I learned that if the kernel does not understand a parameter, it saves it and passes it to init when performing the user space start.

While e.g. in show parameters of running kernel or How to display kernel command line parameters? you learn that

cat /proc/cmdline shows

Arguments passed to the Linux kernel at boot time

and sysctl --all

shows up all possible kernel parameters

... they do not tell me which of the parameters are actually not processed by the kernel but passed along to init.

How can I check which parameters the kernel actually accepted and which are passed on? How can I display the parameters that were provided to init?

I guess it depends on the actual implementation of init (systemd, upstart, systemvinit)...

  • 1
    My question is different: The referenced question(s) do not tell me which of the boot parameters are actually passed along to init. Commented May 10, 2015 at 17:23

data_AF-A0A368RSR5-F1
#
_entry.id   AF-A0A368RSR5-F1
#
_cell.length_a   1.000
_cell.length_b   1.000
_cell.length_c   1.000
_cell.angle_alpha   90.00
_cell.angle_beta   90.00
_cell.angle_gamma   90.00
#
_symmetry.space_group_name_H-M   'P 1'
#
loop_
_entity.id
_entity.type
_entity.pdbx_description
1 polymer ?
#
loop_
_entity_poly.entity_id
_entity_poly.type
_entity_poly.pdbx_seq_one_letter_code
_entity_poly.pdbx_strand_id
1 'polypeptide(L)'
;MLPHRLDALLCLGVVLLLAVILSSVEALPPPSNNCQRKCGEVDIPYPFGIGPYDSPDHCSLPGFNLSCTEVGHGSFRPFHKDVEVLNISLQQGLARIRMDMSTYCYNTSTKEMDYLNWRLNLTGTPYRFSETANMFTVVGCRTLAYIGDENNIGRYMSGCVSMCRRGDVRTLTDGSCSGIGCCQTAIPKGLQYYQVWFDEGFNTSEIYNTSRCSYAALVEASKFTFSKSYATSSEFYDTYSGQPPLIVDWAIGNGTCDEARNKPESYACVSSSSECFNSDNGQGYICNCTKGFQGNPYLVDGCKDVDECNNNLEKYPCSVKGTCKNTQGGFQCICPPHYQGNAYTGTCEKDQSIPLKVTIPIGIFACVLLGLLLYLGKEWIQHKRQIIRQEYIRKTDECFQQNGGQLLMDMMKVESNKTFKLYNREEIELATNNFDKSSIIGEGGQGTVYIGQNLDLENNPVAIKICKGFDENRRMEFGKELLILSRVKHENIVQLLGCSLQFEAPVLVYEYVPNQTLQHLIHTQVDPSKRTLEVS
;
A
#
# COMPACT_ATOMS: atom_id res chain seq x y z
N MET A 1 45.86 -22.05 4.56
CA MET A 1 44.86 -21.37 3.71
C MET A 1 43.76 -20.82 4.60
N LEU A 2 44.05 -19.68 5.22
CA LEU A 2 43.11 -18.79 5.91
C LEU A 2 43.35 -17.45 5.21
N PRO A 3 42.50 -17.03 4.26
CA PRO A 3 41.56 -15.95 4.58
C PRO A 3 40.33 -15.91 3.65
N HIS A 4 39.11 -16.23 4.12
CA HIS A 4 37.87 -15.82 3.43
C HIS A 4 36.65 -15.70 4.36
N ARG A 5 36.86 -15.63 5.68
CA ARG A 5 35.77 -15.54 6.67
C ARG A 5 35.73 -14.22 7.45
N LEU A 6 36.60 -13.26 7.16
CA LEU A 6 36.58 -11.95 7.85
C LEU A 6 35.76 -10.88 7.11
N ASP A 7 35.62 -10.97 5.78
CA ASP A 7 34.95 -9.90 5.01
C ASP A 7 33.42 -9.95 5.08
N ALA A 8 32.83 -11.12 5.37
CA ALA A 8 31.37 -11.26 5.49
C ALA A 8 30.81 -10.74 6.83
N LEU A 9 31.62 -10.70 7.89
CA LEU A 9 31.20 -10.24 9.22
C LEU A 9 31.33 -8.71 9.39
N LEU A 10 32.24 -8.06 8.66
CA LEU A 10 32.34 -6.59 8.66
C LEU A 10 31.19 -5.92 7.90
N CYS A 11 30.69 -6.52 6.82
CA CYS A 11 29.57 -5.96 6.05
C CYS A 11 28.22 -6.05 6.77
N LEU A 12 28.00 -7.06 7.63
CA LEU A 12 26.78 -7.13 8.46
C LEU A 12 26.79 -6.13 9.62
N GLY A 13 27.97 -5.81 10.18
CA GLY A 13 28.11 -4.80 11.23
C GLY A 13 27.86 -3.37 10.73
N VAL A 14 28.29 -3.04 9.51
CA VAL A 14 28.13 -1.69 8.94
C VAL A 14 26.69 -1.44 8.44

• 1
    For having built initial ramdisks quite a lot of times, I don't think there is such thing as the kernel "passing parameters to init" as it is not necessary. In fact boot parameters are accessible throughout the running time of your system — via /proc/cmdline — and any application, init included, can grab and interpret any parameter it likes. See argument nox on certain distributions for example. The latter prevents X from starting automatically and is interpreted by a script in /etc/init.d not init itself.
    – user86969
    Commented May 10, 2015 at 18:14
  • I took the info from the book "How Linux Works 2n ed." by Brain Ward. He writes on page 96: "Upon encountering a parameter that it does not understand, the Linux kernel saves the parameter. The kernel later passes the parameter to init when performing the user space start. For example, if you add -s to the kernel parameters, the kernel passes the -s to the init program to indicate ..." Commented May 10, 2015 at 18:18
  • Then, intuitively, I'd expect cat /proc/1/cmdline to give me the answer you're looking for.
    – user86969
    Commented May 10, 2015 at 18:23
  • Brian Ward probably talks about boot flags as -s indeed is one of these and it means "boot in single user mode". Refer to man init for details. I learnt something new today :D .
    – user86969
    Commented May 10, 2015 at 18:34


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